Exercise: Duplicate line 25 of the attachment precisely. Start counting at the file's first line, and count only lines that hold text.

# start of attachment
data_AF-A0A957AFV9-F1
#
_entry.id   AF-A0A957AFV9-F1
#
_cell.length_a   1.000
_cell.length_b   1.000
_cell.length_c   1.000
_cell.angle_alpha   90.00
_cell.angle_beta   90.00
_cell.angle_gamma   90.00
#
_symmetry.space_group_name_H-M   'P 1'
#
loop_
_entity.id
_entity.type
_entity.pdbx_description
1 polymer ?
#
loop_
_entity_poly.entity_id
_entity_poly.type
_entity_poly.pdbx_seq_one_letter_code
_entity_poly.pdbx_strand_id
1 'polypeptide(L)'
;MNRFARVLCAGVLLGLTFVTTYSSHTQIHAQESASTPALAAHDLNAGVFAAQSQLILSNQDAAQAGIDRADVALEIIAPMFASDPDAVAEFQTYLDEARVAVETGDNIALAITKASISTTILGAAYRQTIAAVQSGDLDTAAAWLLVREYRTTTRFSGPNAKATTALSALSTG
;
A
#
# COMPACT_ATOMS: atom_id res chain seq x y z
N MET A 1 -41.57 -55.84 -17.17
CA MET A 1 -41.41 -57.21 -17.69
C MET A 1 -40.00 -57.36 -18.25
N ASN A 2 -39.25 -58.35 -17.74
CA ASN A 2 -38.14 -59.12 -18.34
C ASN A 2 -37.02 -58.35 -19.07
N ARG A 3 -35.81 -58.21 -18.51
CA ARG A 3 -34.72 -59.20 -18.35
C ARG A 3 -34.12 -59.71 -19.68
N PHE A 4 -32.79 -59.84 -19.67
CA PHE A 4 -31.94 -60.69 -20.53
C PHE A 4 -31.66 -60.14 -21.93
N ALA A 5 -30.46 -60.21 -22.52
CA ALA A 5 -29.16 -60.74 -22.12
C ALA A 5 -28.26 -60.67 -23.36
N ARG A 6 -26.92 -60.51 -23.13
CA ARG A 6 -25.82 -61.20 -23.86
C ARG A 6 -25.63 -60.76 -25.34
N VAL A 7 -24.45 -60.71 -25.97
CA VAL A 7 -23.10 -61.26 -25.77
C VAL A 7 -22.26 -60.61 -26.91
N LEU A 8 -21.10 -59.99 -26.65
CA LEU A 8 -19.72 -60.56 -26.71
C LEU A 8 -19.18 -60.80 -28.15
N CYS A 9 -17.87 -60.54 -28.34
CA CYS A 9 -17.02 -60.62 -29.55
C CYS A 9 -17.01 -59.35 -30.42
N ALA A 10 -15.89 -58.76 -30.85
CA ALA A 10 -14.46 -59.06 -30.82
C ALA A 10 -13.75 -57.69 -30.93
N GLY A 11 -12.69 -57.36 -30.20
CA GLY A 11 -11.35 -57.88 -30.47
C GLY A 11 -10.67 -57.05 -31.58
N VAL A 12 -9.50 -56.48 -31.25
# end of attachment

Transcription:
1 'polypeptide(L)'